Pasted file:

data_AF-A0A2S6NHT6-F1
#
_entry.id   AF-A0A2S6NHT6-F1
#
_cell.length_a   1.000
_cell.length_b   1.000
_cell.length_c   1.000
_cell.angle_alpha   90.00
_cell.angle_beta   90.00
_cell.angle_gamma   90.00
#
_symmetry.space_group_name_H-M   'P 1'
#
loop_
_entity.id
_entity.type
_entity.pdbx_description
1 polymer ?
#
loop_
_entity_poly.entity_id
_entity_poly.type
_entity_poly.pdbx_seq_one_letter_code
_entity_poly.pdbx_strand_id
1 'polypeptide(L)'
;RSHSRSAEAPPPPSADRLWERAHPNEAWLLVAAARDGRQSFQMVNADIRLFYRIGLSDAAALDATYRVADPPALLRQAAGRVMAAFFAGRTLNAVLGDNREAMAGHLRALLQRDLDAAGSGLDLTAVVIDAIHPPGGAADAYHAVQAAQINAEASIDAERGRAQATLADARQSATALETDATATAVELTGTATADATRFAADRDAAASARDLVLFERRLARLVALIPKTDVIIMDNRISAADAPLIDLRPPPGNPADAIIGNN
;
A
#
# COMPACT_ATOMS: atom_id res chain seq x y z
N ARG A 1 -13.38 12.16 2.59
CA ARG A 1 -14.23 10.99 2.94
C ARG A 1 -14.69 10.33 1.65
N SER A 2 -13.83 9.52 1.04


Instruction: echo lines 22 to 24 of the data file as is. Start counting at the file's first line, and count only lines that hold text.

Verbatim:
_entity_poly.type
_entity_poly.pdbx_seq_one_letter_code
_entity_poly.pdbx_strand_id